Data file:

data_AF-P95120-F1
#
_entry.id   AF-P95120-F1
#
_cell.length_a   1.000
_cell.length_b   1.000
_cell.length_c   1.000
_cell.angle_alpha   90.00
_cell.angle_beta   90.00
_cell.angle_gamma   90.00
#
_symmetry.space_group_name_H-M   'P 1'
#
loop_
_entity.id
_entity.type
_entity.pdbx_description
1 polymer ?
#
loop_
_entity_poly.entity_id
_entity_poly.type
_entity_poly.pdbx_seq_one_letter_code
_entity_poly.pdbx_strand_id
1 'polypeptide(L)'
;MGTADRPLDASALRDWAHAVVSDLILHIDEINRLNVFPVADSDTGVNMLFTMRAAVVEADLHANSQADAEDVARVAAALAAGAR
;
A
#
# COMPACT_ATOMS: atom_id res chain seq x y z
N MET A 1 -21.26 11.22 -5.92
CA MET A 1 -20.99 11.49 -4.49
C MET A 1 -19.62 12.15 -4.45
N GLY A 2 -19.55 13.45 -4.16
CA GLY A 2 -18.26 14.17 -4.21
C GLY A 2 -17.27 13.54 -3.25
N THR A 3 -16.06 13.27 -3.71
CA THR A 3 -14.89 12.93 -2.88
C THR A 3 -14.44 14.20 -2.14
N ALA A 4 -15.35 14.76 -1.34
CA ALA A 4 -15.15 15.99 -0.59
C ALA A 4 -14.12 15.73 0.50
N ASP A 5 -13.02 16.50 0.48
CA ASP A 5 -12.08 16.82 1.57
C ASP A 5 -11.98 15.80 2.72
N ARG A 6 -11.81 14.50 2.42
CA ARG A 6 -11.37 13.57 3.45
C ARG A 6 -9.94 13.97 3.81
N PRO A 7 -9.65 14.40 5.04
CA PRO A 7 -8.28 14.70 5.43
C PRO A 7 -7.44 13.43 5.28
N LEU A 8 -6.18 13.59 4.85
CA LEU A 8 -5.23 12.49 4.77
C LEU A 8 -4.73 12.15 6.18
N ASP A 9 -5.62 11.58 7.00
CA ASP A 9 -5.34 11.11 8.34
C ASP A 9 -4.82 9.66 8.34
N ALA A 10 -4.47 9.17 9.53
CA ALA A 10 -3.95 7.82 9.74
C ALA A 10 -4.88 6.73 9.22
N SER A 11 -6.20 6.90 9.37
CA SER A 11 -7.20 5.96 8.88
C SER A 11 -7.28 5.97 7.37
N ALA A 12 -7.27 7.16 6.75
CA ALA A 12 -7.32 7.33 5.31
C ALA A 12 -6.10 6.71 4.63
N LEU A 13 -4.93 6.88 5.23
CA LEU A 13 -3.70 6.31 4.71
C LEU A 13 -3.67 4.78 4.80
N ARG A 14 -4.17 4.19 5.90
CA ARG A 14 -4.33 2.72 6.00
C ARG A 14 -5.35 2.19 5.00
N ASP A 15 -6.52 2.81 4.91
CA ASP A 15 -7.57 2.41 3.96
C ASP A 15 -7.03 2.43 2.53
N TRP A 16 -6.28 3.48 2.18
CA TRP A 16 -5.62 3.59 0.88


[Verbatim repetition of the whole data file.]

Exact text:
data_AF-P95120-F1
#
_entry.id   AF-P95120-F1
#
_cell.length_a   1.000
_cell.length_b   1.000
_cell.length_c   1.000
_cell.angle_alpha   90.00
_cell.angle_beta   90.00
_cell.angle_gamma   90.00
#
_symmetry.space_group_name_H-M   'P 1'
#
loop_
_entity.id
_entity.type
_entity.pdbx_description
1 polymer ?
#
loop_
_entity_poly.entity_id
_entity_poly.type
_entity_poly.pdbx_seq_one_letter_code
_entity_poly.pdbx_strand_id
1 'polypeptide(L)'
;MGTADRPLDASALRDWAHAVVSDLILHIDEINRLNVFPVADSDTGVNMLFTMRAAVVEADLHANSQADAEDVARVAAALAAGAR
;
A
#
# COMPACT_ATOMS: atom_id res chain seq x y z
N MET A 1 -21.26 11.22 -5.92
CA MET A 1 -20.99 11.49 -4.49
C MET A 1 -19.62 12.15 -4.45
N GLY A 2 -19.55 13.45 -4.16
CA GLY A 2 -18.26 14.17 -4.21
C GLY A 2 -17.27 13.54 -3.25
N THR A 3 -16.06 13.27 -3.71
CA THR A 3 -14.89 12.93 -2.88
C THR A 3 -14.44 14.20 -2.14
N ALA A 4 -15.35 14.76 -1.34
CA ALA A 4 -15.15 15.99 -0.59
C ALA A 4 -14.12 15.73 0.50
N ASP A 5 -13.02 16.50 0.48
CA ASP A 5 -12.08 16.82 1.57
C ASP A 5 -11.98 15.80 2.72
N ARG A 6 -11.81 14.50 2.42
CA ARG A 6 -11.37 13.57 3.45
C ARG A 6 -9.94 13.97 3.81
N PRO A 7 -9.65 14.40 5.04
CA PRO A 7 -8.28 14.70 5.43
C PRO A 7 -7.44 13.43 5.28
N LEU A 8 -6.18 13.59 4.85
CA LEU A 8 -5.23 12.49 4.77
C LEU A 8 -4.73 12.15 6.18
N ASP A 9 -5.62 11.58 7.00
CA ASP A 9 -5.34 11.11 8.34
C ASP A 9 -4.82 9.66 8.34
N ALA A 10 -4.47 9.17 9.53
CA ALA A 10 -3.95 7.82 9.74
C ALA A 10 -4.88 6.73 9.22
N SER A 11 -6.20 6.90 9.37
CA SER A 11 -7.20 5.96 8.88
C SER A 11 -7.28 5.97 7.37
N ALA A 12 -7.27 7.16 6.75
CA ALA A 12 -7.32 7.33 5.31
C ALA A 12 -6.10 6.71 4.63
N LEU A 13 -4.93 6.88 5.23
CA LEU A 13 -3.70 6.31 4.71
C LEU A 13 -3.67 4.78 4.80
N ARG A 14 -4.17 4.19 5.90
CA ARG A 14 -4.33 2.72 6.00
C ARG A 14 -5.35 2.19 5.00
N ASP A 15 -6.52 2.81 4.91
CA ASP A 15 -7.57 2.41 3.96
C ASP A 15 -7.03 2.43 2.53
N TRP A 16 -6.28 3.48 2.18
CA TRP A 16 -5.62 3.59 0.88